The classic two-cornet South Frisco appeared at festivals and concerts,c. 1979-95.
page offers recordings presented in cooperation with
former members, their followers and enthusiasts. A growing archive
presents exceptional performances selected from concert tapes, rare and
unpublished or out-of-print sources.
The Honeybucket This page features performance tapes from one of the most popular revival jazz venues of mid-Fifties Frisco. Frank Goulette and Original Inferior band made this club a popular venue with Trad jazz and revivalist fans.
In retrospect musicians fondly recalled a place where management
didn’t interfere, the music was loud, and younger musicians could gain
some polish. A wide variety of musicians and ensembles performed there, including the fine bands of Frank Goulette, Earl Scheelar and Dick Oxtot heard here.
In the early 1970s, The Ordinary was a rollicking little bar in downtown Oakland where Dick Oxtot hosted an ongoing jam in the early 1970s. His line ups featured the best of the East Bay revival jazz musicians :
"The Ordinary was a happy-go-lucky Oakland club which featured a happy-go-lucky clientele, and served New Orleans food."
At last a fitting and gorgeous biography of Frank “Big Boy” Goudie brings this overlooked, wandering jazz multi-instrumentalist into clear focus. With nearly 100 photos, this handsome full-color, limited edition 76-page volume encompasses the full scope of his monumental life.
Author Dan Vernhettes -- in association with Goudie’s daughter and researcher Tony Baldwin -- fully documents and illustrates one of the most astonishing and colorful lives of jazz.
A remarkable feat of documentary research, the writing flows well, concisely cross-referencing eyewitness accounts, clippings, articles and swaths of previously unpublished photographs. For the first time a comprehensive illustrated discography of Goudie’s music has been compiled, including his many unissued San Francisco performance tapes.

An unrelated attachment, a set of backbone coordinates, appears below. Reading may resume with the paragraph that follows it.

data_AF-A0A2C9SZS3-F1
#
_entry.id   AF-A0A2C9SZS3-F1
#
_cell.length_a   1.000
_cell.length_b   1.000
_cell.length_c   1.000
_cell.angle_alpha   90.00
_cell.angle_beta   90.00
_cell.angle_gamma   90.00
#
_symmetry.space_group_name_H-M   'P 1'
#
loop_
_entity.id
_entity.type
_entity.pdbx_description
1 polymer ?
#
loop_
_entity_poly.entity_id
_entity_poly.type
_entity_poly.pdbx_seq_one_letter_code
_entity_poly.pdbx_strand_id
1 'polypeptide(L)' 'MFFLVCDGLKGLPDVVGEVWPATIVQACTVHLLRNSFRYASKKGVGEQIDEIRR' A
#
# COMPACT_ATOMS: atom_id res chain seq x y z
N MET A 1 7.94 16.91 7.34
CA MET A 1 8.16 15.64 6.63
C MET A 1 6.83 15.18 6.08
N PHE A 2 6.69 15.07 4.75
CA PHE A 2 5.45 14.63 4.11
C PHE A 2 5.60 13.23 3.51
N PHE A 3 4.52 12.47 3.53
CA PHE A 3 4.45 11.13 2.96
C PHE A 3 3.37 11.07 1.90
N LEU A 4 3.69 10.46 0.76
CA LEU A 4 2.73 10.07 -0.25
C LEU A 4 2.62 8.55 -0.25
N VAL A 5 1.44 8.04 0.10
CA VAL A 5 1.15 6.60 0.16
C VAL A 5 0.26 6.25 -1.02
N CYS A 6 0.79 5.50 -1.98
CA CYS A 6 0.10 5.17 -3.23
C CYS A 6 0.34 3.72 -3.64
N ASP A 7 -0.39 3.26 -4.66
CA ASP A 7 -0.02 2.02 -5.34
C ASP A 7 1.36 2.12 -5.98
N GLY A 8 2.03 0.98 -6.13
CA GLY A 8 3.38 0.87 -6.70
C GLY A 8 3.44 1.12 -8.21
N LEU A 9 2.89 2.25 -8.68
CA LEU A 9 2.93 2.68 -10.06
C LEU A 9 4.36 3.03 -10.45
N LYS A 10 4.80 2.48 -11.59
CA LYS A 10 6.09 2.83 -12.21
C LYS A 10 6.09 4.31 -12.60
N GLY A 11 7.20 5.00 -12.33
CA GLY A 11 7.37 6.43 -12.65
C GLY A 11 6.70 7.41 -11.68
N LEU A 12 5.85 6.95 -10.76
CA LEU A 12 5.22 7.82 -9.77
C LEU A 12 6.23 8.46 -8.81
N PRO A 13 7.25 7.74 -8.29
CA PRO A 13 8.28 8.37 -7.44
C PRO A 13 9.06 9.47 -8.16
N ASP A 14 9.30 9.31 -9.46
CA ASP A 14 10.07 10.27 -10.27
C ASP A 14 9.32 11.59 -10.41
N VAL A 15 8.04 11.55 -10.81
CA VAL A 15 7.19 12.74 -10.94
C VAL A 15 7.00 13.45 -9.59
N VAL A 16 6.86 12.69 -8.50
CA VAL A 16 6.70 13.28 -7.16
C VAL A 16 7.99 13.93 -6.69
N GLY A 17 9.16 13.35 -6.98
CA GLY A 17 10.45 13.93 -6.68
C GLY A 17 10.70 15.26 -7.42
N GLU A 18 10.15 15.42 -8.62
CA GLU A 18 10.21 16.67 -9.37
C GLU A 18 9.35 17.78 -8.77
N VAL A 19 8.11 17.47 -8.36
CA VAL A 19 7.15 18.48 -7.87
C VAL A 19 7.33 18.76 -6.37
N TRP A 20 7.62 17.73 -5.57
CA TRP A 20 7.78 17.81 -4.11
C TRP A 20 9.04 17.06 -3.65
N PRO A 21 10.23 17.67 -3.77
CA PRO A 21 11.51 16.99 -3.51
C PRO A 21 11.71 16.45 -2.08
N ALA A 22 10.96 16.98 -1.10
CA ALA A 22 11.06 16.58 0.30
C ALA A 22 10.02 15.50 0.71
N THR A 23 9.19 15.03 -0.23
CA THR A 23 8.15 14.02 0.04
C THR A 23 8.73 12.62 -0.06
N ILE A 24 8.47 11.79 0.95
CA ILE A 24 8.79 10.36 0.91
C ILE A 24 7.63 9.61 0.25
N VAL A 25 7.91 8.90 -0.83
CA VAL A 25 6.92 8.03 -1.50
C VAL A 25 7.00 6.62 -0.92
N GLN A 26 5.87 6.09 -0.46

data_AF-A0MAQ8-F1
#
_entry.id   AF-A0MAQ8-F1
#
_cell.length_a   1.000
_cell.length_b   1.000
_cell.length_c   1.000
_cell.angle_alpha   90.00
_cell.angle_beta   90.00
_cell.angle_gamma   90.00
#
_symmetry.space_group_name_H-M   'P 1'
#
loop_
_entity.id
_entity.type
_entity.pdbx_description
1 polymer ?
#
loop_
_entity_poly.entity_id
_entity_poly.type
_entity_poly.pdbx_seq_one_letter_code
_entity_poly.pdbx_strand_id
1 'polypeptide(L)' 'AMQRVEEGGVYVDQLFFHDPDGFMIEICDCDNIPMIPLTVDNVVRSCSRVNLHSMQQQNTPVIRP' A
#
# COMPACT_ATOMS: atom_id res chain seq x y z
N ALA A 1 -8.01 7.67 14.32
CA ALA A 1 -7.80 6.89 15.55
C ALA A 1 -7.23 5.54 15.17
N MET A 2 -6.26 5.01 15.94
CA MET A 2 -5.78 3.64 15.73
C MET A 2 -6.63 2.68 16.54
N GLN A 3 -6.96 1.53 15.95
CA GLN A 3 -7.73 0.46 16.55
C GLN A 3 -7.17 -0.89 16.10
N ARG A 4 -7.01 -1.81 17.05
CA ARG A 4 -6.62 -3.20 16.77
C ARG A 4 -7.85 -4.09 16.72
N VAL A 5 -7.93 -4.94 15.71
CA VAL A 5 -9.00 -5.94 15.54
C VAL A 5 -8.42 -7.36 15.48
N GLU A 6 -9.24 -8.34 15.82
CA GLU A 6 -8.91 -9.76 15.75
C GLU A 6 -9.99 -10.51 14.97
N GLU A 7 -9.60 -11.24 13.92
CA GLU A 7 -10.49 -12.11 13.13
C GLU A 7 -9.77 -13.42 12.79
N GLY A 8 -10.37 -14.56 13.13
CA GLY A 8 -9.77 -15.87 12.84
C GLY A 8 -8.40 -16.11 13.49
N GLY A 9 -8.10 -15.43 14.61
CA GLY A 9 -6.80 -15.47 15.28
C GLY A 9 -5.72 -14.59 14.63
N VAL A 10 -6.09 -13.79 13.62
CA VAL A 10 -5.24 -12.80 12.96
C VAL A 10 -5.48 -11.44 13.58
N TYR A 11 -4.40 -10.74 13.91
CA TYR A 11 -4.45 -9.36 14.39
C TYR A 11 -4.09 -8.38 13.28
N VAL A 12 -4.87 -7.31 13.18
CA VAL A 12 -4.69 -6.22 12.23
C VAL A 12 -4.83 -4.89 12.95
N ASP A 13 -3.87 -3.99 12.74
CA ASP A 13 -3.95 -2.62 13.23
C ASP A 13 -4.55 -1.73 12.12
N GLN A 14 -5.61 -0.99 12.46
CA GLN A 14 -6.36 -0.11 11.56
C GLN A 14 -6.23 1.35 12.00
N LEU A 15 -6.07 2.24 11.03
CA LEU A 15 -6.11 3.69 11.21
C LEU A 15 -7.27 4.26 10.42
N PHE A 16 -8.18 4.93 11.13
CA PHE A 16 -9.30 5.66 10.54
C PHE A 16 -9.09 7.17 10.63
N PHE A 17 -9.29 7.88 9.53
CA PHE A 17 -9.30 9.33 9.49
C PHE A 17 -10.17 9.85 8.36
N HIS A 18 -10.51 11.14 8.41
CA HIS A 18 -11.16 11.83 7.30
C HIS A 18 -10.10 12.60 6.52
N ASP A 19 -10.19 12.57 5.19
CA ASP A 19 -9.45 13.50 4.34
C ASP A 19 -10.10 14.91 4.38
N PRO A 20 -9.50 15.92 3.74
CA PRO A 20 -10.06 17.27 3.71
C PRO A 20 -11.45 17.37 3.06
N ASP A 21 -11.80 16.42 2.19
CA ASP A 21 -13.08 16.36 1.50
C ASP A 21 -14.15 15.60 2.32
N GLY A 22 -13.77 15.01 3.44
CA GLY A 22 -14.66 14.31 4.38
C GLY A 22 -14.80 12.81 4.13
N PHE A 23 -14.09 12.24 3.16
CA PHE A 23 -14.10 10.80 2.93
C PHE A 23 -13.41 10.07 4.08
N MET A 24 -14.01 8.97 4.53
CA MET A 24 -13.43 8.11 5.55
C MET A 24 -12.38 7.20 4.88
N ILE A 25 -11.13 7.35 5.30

This book solidly establishes Frank Goudie’s bona fides as a jazzman of the first order. It captures the vast sweep of a journey through the heart of jazz second to none in the last century: kudos to the authors.
Dick Oxtot was at the center of San Francisco Bay Area revival jazz for over a half century, from his junior apprenticeship with Yerba Buena Jazz Band to the Swingin’ A’s baseball band, or leading his Golden Age Jazz Band for three decades.
Thanks to Darylene Oxtot, rare photos, music and clippings from Dick's personal archives offer fresh views of his life in jazz.
New recordings, photos and feature on Oxtot's Country, String Band and Folk music added 9.2015.
The page of pianistBurt Bales has new audio and exclusive new photos from the collection of Bob Mielke.
Ted Butterman More updates to trumpet player Ted Butterman's page feature rare jam session tapes with Frank Chace, Bob Skiver and Wayne Jones from the mid-1960s, and playing some very nice piano.
Newly available recordings of the fine Old McHenry's Novelty Orchestra at Village Tavern in 1980 feature Ted with Miles Zimmerman (clarinet), Harry Graves (trombone), Mike Walbridge (tuba) and Mike Schwimmer (washboard).
Frisco Jazz Archival Rarities The best and rarest of
the archival jazz recordings heard on this site will soon be available
for purchase on CD or via download (Amazon, i-tunes, Pandora, etc) from
Grammercy Records in partnership with Dave Radlauer.
JAZZ RHYTHM EXCLUSIVE:
The Janis Joplin Jazz tapes. Joplin was taped in 1963 & 1965 with Dick Oxtot jazz bands in the San Francisco area. A raw young talent, she had an unmistakable feeling for
the blues. Fresh transfers of archival tapes restore missing jazz horn solos.
The Bagatelle Newly available historic recordings from this San Francisco jazz joint feature Oxtot's hot little bands of 1958-59 with Ted Butterman (cornet), Bunky Coleman and Frank Goudie (clarinets) and Bill Bardin (trombone) among others.
Also featured are the 1958 Clem Raymond sessions recorded in part at The Bagatelle.
I'm honored that my 2013 article profiling Frank Goudie in San
Francisco has been re-published in French by the Bulletin of the Hot Club
of France, 2014.
Founded in 1950 by French jazz critic Hugues Panassie, Bulletin du HCF "La revue du jazz authentic" is one of the longest-lived jazz publications.
Erickson'sOne Man Band recordings are newly posted. Among the more successful of their kind, they're tight and polished with some delightful Bixian trumpet
solos and overdubbed horn-section passages. This is excellent
arranging that is both a tongue-in-cheek
send-up, and affectionate tribute to the popular music of an earlier
generation. Formidable musicianship.
Earl Scheelar Outstanding classic jazz cornet and clarinet player; exclusive audio content.
Pier 23 tapes - Exciting new transcription of a live KOFY broadcast from Pier 23 (c. 1959). Featuring Erickson (trumpet), Frank Goudie (clarinet), Bob Mielke (trombone), and vocals by pianist Burt Bales and banjo player, Dick Oxtot. Extremely rare!